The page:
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Copyright 1999 The Buffalo News  
The Buffalo News

July 24, 1999, Saturday, FINAL EDITION


LENGTH: 778 words


BYLINE: Pat Swift


You might think that the exciting performance of the U.S. Women's World Cup soccer team would vindicate the enforcement of Title IX, the nation's statutory commitment to gender equity in education and athletics.

But the National Women's Law Center has detected a backlash against the program. Dorothy Lohmann of the center says critics claim Title IX victimizes men and that their programs have been sacrificed in the effort to open up playing fields to women.

Statistics don't support that claim. In fact, according to the NWLC, women's programs continue to lag behind men's: "Female athletes have 37 percent of the opportunities to play intercollegiate sports, 38 percent of athletic scholarships, 23 percent of athletic operating budgets and 27 percent of the dollars spent to recruit athletes."

From 1992 to 1997, men's athletic budgets in Division 1-A alone increased by 139 percent compared to an increase of 89 percent in women's budgets, the NWLC says.

Some of the men's budget gets spent on coddling football players, who, along with their coaches, live and travel in high style, eating up all the revenue that their high-profile sport is suppose to generate for their schools.

The NWLC's report states that 55 percent of men's football and basketball teams in the top two divisions report annual deficits averaging in the millions in Division 1-A to $ 657,000 in Division 1-AA.

Women professional athletes don't threaten the men, either. The Wall Street Journal reported recently on the difficulty women's sports have in attracting television sponsors and noted that television ratings for women remain far below those for the men's performances in tennis, golf, soccer and basketball. Before Title IX was enacted in 1972, there were fewer than 32,000 women playing college sports. Today there are more than 128,000.

Not all the news on managed health care is bad. The Commonwealth Fund reports that women in managed care plans generally have the same or better access to care than women in traditional fee-for-service plans.

Not all the news is good, either.

The fund's 1998 survey of women's health showed that both types of health care insurance fall short in providing counseling and prevention services.

And the Planned Parenthood Federation of America is on the case of every health care plan that denies women clients coverage of prescription birth control.

According to the Commonwealth Fund's survey, women in managed care are more than twice as likely to have a regular doctor as those in fee-for-service plans, and are more likely to have prescription coverage. Managed care was the choice of more than 76 percent of the women surveyed.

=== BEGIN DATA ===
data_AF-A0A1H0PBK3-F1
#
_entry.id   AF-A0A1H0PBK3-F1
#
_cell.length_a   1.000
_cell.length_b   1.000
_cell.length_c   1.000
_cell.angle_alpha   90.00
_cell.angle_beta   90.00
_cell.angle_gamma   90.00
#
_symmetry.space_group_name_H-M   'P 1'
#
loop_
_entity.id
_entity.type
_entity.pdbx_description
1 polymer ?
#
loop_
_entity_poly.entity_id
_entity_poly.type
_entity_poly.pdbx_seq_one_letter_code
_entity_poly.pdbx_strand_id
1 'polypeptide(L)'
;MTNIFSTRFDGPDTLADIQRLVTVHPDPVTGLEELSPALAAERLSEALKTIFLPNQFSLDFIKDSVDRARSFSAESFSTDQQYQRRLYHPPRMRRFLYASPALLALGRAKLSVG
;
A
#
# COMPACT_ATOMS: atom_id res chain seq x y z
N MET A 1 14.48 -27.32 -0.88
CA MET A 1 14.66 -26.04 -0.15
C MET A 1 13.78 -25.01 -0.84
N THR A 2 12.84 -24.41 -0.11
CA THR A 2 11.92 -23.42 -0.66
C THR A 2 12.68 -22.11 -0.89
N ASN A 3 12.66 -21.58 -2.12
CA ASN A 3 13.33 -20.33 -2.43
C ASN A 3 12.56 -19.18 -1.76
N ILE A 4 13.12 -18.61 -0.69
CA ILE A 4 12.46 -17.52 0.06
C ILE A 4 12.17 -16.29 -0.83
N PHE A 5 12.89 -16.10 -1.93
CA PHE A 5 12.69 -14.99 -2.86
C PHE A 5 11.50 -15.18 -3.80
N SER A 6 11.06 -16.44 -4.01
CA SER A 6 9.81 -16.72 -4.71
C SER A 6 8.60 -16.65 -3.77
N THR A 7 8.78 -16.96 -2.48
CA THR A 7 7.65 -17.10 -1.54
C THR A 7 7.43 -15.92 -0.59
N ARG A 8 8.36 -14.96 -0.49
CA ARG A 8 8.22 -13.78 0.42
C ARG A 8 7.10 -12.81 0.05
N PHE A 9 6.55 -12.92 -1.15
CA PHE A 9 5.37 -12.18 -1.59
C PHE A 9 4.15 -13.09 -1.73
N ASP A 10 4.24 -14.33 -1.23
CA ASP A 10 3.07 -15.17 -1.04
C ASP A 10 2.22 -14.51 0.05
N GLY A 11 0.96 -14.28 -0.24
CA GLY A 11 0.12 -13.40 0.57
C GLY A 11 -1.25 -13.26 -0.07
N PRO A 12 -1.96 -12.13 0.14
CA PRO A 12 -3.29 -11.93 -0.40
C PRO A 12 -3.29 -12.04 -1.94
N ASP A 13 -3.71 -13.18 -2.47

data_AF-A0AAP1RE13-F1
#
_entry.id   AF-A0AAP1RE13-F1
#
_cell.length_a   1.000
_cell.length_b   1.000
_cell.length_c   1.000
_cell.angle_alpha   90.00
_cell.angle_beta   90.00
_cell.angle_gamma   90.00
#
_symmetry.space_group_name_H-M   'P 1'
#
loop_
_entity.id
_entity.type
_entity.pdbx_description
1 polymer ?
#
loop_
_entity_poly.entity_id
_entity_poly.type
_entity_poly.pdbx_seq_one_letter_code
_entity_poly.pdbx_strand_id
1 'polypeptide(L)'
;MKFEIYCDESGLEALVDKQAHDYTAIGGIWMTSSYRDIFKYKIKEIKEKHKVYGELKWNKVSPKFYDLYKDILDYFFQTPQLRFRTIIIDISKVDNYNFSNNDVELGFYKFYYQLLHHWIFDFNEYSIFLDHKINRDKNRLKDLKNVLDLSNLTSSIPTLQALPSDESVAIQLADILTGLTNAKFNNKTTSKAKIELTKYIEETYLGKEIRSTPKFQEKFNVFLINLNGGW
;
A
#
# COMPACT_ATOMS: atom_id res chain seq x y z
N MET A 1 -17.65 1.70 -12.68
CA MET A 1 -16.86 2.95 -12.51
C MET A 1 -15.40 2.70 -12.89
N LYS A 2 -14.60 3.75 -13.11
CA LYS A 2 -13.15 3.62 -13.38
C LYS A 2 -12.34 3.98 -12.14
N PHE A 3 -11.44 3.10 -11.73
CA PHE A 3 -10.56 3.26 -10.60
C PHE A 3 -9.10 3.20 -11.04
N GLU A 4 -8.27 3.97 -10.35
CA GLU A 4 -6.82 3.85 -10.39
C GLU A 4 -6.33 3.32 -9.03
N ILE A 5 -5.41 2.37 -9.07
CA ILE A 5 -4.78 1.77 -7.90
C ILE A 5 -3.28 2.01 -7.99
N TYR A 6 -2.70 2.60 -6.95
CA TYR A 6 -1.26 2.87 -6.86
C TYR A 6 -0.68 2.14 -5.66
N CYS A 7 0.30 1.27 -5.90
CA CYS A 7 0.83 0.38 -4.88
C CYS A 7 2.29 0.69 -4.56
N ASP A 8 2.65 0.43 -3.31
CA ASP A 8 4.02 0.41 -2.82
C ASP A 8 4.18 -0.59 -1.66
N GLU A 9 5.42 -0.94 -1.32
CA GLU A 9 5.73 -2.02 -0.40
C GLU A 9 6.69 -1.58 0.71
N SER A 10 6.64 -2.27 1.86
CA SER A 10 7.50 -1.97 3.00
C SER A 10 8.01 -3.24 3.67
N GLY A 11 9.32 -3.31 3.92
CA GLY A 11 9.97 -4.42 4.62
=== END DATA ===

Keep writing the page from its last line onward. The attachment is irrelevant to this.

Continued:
HMOs were slightly better in providing preventive medicine, but the survey found significant gaps in quality of service, noting, for example, that physicians were not counseling on sexually transmitted diseases and the benefit of calcium in preventing osteoporosis.

The almost instantaneous addition of Viagra to insurance plans' drug coverage has engendered outrage among women denied coverage for the birth control pill and birth control devices.

Women routinely pay 68 percent more than men in out-of-pocket medical costs, due in large part to contraceptive costs. A few states have rectified this discrimination, but Planned Parenthood says the ultimate answer is congressional approval of the Equity in Prescription Insurance and Contraceptive Coverage Act. Saying it is a matter of "simple fairness and common sense," Planned Parenthood is supported by polls showing 75 percent of Americans agree.

Pan Am 2001 Women's Virtual Pavilion is moving into an office in the Larkin House, space generously provided by the Buffalo Seminary, and is passing a huge floppy hat to anyone who wants to help in the pavilion construction.

It has lost one of its founders and executive board leaders, Sandra Gutowski, who is moving out of the area, but the organization keeps adding new faces and new ideas. A final program will be culled from proposals ranging from beautification projects to a global conference sometime next fall.

While the Pan Am 2001 Board, short of the seed funding it was seeking, prepares to reorganize, the women's pavilion builders are beginning their own search for grants. A $ 2,000 gift from an anonymous donor and more than $ 600 in contributions is helping to finance the office.

Donations to the Women's Virtual Pavilion are being accepted through the Buffalo and Erie County Historical Society. The money will be used to support the office and hire a part-time coordinator. Major grants are being sought to finance the pavilion projects.


LOAD-DATE: July 25, 1999

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